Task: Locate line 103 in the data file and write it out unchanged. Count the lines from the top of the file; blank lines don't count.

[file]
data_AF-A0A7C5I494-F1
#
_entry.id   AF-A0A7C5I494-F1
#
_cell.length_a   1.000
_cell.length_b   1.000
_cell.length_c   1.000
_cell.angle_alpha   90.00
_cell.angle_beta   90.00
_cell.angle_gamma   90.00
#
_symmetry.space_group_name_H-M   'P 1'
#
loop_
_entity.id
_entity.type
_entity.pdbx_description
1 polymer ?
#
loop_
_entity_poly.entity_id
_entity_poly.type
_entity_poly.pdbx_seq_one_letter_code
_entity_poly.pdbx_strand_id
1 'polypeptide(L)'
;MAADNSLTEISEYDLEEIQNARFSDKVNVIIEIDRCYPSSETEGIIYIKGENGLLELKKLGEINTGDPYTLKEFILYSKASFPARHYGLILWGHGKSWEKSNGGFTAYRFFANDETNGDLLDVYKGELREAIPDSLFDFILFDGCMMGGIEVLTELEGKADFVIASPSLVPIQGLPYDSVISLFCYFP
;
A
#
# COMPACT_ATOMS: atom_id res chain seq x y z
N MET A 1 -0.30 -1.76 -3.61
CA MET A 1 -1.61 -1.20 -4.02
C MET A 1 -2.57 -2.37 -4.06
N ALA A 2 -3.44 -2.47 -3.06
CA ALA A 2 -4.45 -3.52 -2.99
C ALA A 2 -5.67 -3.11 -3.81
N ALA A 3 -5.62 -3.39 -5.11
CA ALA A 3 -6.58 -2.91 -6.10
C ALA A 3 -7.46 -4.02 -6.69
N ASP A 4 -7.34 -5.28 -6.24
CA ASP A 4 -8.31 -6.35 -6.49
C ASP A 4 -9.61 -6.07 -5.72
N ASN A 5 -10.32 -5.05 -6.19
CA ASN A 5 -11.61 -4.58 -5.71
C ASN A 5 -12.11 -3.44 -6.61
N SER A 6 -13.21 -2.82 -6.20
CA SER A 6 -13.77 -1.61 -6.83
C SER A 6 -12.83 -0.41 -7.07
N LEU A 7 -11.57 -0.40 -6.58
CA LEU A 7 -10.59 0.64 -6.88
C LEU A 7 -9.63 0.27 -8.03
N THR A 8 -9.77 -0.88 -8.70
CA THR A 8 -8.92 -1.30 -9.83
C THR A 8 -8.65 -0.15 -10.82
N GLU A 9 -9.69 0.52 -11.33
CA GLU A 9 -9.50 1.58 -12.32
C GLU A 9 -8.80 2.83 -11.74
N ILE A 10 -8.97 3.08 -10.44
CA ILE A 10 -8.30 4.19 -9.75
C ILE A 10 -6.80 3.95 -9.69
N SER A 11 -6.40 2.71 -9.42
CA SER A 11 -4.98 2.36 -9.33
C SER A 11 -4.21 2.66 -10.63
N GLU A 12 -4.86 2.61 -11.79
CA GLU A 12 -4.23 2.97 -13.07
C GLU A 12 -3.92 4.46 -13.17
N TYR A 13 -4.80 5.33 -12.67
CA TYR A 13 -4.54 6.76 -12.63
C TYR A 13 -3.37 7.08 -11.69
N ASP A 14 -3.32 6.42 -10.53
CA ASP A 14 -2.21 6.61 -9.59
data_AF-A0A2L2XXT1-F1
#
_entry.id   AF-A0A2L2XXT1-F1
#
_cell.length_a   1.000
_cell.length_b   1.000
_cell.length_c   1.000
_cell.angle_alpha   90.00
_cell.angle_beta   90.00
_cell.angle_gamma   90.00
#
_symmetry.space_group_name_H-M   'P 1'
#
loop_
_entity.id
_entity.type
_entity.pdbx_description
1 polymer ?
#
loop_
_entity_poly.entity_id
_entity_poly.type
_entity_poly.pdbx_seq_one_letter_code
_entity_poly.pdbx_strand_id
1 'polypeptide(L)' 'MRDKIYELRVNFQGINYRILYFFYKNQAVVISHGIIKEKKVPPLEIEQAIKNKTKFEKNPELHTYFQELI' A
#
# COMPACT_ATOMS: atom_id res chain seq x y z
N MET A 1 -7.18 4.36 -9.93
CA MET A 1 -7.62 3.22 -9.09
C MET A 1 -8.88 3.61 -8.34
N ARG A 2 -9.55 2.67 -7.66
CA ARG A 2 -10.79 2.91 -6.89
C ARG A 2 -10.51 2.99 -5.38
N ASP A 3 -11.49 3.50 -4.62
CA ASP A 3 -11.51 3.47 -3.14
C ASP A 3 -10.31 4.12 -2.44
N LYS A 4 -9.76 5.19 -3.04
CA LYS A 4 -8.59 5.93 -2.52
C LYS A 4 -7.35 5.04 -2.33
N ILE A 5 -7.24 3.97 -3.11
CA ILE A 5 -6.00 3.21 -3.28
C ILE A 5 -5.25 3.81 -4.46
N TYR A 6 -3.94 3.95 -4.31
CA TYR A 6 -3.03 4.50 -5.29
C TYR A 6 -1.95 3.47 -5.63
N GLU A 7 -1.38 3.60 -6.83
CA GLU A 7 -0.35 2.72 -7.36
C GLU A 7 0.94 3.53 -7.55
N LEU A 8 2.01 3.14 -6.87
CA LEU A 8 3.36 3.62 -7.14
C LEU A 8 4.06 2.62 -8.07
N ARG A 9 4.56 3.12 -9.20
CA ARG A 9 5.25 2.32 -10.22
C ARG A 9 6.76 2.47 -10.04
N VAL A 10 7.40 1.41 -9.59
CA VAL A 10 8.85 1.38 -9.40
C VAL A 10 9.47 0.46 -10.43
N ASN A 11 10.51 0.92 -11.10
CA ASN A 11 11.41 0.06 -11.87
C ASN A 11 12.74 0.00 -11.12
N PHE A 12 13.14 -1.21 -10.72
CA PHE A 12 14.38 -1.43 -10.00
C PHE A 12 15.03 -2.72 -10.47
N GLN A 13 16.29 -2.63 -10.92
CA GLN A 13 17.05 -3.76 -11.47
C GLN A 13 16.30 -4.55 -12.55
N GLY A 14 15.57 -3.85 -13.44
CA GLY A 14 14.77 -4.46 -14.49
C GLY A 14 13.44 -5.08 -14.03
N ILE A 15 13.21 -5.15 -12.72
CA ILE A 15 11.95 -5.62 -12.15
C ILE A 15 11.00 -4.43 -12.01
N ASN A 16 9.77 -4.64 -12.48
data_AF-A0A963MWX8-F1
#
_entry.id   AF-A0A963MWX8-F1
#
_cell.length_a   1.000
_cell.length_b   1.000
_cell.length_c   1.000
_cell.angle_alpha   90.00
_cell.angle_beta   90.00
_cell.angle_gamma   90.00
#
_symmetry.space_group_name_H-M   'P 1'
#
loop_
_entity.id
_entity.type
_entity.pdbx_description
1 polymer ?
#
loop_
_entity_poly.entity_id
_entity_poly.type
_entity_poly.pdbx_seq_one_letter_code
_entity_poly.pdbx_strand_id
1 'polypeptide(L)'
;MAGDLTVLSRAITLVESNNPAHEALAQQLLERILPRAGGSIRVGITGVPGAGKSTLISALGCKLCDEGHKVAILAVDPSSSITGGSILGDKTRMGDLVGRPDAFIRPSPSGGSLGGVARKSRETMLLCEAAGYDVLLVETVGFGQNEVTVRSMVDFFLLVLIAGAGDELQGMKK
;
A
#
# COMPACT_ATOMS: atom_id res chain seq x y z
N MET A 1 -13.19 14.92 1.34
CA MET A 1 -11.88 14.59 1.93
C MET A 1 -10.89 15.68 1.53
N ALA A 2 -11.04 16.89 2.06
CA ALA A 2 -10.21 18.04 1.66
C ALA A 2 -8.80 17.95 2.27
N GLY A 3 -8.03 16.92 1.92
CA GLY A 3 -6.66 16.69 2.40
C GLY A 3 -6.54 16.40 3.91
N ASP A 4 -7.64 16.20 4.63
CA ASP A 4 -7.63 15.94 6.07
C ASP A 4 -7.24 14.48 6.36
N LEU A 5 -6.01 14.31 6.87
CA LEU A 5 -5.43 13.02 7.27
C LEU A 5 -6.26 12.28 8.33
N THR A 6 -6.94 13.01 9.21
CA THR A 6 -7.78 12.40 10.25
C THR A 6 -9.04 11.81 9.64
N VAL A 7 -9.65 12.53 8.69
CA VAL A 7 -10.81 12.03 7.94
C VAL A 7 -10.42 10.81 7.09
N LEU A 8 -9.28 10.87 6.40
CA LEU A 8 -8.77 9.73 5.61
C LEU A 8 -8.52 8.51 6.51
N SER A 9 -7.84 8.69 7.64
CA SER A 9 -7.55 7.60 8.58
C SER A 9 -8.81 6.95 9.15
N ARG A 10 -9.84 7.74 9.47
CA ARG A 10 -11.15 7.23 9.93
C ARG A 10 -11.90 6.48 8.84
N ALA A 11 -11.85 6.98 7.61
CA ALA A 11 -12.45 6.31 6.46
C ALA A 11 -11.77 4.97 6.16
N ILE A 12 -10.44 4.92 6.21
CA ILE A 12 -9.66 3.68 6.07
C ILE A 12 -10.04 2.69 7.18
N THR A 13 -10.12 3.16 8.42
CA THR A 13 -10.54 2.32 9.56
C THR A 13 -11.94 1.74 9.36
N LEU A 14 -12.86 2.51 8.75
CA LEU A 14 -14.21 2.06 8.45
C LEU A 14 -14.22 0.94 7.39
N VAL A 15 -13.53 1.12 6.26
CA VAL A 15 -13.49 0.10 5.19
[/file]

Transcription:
CA ARG A 2 -10.79 2.91 -6.89